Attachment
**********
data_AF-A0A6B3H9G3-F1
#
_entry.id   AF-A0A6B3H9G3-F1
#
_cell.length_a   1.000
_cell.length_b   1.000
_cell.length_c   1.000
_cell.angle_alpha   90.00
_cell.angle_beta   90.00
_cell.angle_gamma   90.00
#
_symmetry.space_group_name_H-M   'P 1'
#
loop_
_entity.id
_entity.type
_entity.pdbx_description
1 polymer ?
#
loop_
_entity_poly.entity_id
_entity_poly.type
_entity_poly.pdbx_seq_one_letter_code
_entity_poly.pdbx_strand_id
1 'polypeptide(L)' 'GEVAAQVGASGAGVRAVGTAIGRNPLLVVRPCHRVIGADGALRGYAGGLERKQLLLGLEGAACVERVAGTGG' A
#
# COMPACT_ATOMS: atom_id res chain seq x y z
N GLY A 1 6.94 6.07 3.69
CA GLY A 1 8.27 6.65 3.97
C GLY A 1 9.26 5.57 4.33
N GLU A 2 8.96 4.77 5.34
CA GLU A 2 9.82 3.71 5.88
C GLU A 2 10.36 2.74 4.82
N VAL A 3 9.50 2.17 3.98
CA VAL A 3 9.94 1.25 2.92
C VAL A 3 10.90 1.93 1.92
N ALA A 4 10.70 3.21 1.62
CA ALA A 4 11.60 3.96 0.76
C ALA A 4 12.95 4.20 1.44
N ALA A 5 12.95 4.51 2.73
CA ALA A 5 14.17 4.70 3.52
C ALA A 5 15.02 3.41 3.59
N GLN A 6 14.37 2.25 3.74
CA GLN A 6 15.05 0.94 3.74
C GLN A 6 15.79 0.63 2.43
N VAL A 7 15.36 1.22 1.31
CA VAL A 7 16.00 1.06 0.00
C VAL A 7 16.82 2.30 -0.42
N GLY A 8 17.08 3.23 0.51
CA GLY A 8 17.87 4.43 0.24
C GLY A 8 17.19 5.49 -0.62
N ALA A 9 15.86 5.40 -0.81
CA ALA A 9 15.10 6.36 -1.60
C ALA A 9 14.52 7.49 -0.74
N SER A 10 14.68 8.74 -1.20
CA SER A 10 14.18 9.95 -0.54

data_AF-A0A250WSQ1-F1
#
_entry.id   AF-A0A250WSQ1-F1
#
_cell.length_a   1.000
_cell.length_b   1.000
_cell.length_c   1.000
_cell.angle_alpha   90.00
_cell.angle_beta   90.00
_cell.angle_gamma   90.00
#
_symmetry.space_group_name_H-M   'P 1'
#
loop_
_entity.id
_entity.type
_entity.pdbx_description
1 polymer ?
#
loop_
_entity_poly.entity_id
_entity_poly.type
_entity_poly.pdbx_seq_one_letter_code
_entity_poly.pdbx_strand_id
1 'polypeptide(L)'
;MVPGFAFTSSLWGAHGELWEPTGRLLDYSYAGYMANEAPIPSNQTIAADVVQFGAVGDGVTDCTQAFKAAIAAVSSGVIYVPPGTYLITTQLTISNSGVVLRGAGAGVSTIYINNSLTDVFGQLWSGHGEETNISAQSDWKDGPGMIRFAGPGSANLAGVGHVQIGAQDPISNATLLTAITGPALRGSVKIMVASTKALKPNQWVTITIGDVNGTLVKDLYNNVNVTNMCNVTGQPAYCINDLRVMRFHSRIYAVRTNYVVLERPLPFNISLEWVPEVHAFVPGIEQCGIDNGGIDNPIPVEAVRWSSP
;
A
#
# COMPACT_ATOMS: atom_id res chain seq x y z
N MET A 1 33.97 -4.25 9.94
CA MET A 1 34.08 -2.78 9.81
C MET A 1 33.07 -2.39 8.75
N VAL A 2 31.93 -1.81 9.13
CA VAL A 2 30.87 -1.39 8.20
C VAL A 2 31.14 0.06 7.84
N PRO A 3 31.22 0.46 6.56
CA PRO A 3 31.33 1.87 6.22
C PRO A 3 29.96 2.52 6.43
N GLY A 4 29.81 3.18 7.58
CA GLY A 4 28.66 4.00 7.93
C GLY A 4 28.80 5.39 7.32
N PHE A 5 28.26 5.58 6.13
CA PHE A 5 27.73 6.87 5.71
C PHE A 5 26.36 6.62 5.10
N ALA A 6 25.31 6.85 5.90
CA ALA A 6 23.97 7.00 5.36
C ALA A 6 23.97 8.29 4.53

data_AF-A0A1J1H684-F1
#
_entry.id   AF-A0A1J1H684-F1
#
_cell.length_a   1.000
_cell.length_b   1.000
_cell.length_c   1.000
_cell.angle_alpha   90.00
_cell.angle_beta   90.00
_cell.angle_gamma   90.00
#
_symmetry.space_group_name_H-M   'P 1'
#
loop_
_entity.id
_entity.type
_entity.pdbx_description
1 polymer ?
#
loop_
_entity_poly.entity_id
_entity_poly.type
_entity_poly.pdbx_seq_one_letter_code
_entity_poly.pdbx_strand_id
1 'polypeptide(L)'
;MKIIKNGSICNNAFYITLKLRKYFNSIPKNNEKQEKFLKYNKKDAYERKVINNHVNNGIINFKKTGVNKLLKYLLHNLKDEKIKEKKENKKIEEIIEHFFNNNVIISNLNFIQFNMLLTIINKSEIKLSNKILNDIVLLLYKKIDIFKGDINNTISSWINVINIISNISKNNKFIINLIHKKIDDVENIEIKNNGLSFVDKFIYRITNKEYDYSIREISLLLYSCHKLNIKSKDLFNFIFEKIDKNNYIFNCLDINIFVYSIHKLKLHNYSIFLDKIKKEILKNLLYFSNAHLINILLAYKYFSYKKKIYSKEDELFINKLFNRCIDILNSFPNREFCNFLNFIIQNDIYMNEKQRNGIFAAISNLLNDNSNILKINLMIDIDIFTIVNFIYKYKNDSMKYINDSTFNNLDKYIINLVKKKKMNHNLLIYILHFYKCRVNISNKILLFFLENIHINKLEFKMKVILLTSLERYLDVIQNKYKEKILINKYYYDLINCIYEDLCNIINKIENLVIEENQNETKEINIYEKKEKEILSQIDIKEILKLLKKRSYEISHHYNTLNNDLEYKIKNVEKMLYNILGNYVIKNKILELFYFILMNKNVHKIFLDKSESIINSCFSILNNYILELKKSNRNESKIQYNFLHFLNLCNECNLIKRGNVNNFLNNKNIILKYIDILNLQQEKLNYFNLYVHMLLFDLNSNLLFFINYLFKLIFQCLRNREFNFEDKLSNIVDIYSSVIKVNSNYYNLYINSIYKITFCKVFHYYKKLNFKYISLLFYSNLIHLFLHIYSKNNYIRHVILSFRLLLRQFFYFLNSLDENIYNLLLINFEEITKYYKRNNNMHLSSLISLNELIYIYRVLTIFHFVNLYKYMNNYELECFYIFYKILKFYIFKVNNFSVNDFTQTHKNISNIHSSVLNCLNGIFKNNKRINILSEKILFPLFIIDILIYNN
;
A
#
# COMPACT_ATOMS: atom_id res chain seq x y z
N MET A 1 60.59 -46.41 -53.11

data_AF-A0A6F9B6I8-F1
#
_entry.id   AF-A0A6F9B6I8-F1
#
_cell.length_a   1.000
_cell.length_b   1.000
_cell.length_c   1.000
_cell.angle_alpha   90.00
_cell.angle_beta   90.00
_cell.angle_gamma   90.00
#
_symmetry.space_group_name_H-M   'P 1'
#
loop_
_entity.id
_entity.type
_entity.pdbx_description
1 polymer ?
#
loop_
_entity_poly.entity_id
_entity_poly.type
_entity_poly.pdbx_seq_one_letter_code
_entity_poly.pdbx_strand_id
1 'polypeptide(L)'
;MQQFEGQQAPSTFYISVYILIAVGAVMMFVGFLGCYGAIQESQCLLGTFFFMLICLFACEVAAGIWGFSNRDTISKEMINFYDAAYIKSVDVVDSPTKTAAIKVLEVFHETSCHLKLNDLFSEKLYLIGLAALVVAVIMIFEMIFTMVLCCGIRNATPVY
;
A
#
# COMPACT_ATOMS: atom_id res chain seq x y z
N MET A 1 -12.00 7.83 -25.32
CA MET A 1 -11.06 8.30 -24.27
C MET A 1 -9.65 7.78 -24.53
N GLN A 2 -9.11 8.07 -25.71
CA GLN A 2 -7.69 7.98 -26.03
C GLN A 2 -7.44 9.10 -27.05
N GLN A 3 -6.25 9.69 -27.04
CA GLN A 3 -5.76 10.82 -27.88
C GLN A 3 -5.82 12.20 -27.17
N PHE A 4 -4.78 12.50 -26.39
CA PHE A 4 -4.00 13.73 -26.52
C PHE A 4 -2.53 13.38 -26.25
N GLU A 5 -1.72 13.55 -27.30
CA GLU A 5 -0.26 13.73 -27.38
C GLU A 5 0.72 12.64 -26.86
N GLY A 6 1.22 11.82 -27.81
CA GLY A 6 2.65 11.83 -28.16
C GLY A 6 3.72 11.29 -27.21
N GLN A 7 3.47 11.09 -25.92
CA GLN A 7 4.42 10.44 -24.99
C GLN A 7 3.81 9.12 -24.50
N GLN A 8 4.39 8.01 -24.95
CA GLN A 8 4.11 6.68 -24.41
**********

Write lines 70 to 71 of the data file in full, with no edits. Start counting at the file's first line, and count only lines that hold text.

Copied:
loop_
_entity.id